More folksy love, marriage and magic in Frank's (Return to Sullivan's Island, 2010, etc.) winning book. Caroline Wimbley Levine is at loose ends. The daughter of Wimbley matriarch, Miss Lavinia, she has returned to Tall Pines Plantation to take charge of the family home and, apparently, the lives of her relatives. The lowcountry of South Carolina may have limited romantic possibilities-neither of Caroline's major beaus (a barbecue chef and a local cop) tempt her to remarry-but its limited social circle is full of complications. The major one is her brother Trip's troubled separation from the falling-down drunk Frances Mae, a woman both Caroline and her mother had disapproved of from the start not because "she was a low class red neck slut from nowhere" but because "she was greedy, jealous, small-minded, petty and mean-spirited." The main conflict begins when Frances Mae crashes her car with her young daughter as a passenger, forcing Caroline-and an unwilling Trip-to take action. But as Caroline tries to channel Miss Lavinia's voice, she tends to hear only the old prejudices. While Frances Mae, a woman whose unrefined accent is made clear through her slurred protestations of "I love yew" when the extended family enacts an intervention, is hardly sympathetic, Caroline has a few lessons to learn about tolerance and commitment, too. Joined and amply supported by Frank's usual colorful lowcountry crew-particularly the ancient Miss Sweetie and the magical Millie Smoak-Caroline makes it through this particularly bumpy summer a little wiser and a lot happier. Although a particularly providential accident is necessary to bring about the usual happy ending, this chatty first-person tale of friendship, love and toothsome Southern food shares the appeal of its predecessors. Family complications and Southern charm bolster a proven formula. Reading group guide online. Author tour to Atlanta, Charleston, S.C., Dallas, Los Angeles, Miami, Raleigh-Durham, San Diego, Seattle, Tulsa.
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Product Details

  • ISBN-13: 9780061979262
  • Publisher: HarperCollins Publishers
  • Publication date: 7/20/2010
  • Series: Lowcountry Tales Series
  • Pages: 504
  • Product dimensions: 5.90 (w) x 8.90 (h) x 1.10 (d)

Meet the Author

Dorothea Benton Frank

New York Times bestselling author Dorothea Benton Frank was born and raised on Sullivans Island, South Carolina. She divides her time between the New York area and the Lowcountry.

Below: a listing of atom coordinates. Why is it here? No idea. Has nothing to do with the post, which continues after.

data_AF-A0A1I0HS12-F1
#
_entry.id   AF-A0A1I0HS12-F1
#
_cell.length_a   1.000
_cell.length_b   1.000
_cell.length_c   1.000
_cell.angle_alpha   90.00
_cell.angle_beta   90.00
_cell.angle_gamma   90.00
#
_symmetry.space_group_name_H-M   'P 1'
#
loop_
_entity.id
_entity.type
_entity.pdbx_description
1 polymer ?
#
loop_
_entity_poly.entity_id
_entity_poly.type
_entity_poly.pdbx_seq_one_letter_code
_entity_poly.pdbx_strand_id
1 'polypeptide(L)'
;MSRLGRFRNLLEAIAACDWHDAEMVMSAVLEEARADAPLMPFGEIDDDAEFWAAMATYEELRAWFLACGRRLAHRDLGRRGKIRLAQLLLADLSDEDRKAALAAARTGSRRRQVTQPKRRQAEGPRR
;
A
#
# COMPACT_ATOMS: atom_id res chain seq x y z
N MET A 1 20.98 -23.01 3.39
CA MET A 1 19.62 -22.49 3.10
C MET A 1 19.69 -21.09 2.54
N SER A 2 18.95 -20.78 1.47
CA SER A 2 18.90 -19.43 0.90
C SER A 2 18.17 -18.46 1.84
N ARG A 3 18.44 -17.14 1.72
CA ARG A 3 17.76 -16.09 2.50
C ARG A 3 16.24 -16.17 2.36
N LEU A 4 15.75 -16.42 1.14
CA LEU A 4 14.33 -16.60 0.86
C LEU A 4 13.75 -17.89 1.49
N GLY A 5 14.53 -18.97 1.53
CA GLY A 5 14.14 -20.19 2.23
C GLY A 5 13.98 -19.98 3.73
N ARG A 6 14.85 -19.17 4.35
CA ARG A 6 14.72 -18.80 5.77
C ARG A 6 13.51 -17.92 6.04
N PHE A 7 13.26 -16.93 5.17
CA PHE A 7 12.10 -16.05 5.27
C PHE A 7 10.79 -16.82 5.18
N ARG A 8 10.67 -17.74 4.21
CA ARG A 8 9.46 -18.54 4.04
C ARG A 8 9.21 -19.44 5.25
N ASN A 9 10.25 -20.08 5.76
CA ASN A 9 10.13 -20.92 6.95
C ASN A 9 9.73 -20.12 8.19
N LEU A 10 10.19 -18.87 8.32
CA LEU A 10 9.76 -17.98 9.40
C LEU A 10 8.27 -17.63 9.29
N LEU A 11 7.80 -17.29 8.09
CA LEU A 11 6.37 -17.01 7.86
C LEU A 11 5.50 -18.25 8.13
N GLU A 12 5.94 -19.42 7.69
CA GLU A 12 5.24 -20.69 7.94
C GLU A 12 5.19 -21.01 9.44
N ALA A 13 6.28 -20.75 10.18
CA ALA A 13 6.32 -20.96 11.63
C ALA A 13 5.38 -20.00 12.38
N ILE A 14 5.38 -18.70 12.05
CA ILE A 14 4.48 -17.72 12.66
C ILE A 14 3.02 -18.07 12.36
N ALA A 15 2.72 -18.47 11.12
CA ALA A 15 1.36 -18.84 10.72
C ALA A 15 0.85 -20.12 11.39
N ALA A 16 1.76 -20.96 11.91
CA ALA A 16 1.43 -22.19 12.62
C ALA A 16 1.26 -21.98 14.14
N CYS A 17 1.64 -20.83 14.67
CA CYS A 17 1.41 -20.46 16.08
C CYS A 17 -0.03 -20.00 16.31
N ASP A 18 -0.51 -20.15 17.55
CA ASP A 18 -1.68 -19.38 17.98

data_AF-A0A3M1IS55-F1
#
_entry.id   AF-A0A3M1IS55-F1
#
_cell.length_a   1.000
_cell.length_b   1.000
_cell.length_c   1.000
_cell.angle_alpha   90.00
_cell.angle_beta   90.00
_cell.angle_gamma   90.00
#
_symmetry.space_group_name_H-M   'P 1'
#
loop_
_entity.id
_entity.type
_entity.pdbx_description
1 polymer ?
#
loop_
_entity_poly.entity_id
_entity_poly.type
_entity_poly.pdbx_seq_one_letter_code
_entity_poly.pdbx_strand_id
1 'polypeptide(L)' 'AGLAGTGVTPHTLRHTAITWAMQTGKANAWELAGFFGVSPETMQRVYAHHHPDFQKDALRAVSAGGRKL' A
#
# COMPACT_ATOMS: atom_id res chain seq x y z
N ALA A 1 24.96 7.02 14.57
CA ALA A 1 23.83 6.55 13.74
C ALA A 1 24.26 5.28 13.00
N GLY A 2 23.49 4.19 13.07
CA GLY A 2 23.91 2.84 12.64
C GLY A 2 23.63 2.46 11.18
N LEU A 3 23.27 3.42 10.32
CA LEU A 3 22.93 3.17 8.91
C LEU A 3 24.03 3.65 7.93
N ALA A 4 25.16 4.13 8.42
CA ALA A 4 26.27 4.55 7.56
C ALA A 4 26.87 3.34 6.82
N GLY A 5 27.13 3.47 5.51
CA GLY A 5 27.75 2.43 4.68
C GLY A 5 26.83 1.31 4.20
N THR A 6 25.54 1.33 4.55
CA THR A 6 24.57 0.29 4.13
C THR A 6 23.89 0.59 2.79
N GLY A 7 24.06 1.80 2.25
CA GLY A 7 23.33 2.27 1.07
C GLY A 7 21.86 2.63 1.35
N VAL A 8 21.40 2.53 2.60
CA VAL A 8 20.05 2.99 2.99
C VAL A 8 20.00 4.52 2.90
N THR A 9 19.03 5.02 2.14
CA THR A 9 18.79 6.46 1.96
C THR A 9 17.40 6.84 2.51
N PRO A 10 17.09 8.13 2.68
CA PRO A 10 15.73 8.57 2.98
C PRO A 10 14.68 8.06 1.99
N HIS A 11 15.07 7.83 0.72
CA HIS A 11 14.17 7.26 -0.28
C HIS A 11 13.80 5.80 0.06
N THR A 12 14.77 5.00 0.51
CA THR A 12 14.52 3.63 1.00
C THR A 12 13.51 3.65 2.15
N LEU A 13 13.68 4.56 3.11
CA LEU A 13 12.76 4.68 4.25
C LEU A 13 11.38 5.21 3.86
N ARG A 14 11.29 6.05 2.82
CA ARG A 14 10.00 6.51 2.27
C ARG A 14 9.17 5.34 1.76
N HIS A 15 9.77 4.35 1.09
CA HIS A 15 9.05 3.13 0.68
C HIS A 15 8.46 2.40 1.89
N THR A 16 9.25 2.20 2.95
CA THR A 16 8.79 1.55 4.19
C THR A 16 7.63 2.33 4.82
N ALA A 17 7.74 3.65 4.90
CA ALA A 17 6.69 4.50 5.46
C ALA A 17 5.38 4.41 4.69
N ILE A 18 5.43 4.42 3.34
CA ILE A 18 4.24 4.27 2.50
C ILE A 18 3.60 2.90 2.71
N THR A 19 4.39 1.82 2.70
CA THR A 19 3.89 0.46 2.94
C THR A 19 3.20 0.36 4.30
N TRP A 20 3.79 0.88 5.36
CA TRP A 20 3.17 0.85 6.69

Biography

An author who has helped to put the South Carolina Lowcountry on the literary map, Dorothea Benton Frank hasn't always lived near the ocean, but the Sullivan's Island native has a powerful sense of connection to her birthplace. Even after marrying a New Yorker and settling in New Jersey, she returned to South Carolina regularly for visits, until her mother died and she and her siblings had to sell their family home. "It was very upsetting," she told the Raleigh News & Observer. "Suddenly, I couldn't come back and walk into my mother's house. I was grieving."

After her mother's death, writing down her memories of home was a private, therapeutic act for Frank. But as her stack of computer printouts grew, she began to try to shape them into a novel. Eventually a friend introduced her to the novelist Fern Michaels, who helped her polish her manuscript and find an agent for it.

Published in 2000, Frank's first "Lowcountry tale," Sullivan's Island made it to the New York Times bestseller list. Its quirky characters and tangled family relationships drew comparisons to the works of fellow southerners Anne Rivers Siddons and Pat Conroy (both of whom have provided blurbs for Frank's books). But while Conroy's novels are heavily angst-ridden, Frank sweetens her dysfunctional family tea with humor and a gabby, just-between-us-girls tone. To her way of thinking, there's a gap between serious literary fiction and standard beach-blanket fare that needs to be filled.

"I don't always want to read serious fiction," Frank explained to The Sun News of Myrtle Beach, South Carolina. "But when I read fiction that's not serious, I don't want to read brain candy. Entertain me, for God's sake." Since her debut, she has faithfully followed her own advice, entertaining thousands of readers with books Pat Conroy calls "hilarious and wise" and characters Booklist describes as "sassy and smart,."

These days, Frank has a house of her own on Sullivan's Island, where she spends part of each year. "The first thing I do when I get there is take a walk on the beach," she admits. Evidently, this transplanted Lowcountry gal is staying in touch with her soul.

Good To Know

Before she started writing, Frank worked as a fashion buyer in New York City. She is also a nationally recognized volunteer fundraiser for the arts and education, and an advocate of literacy programs and women's issues.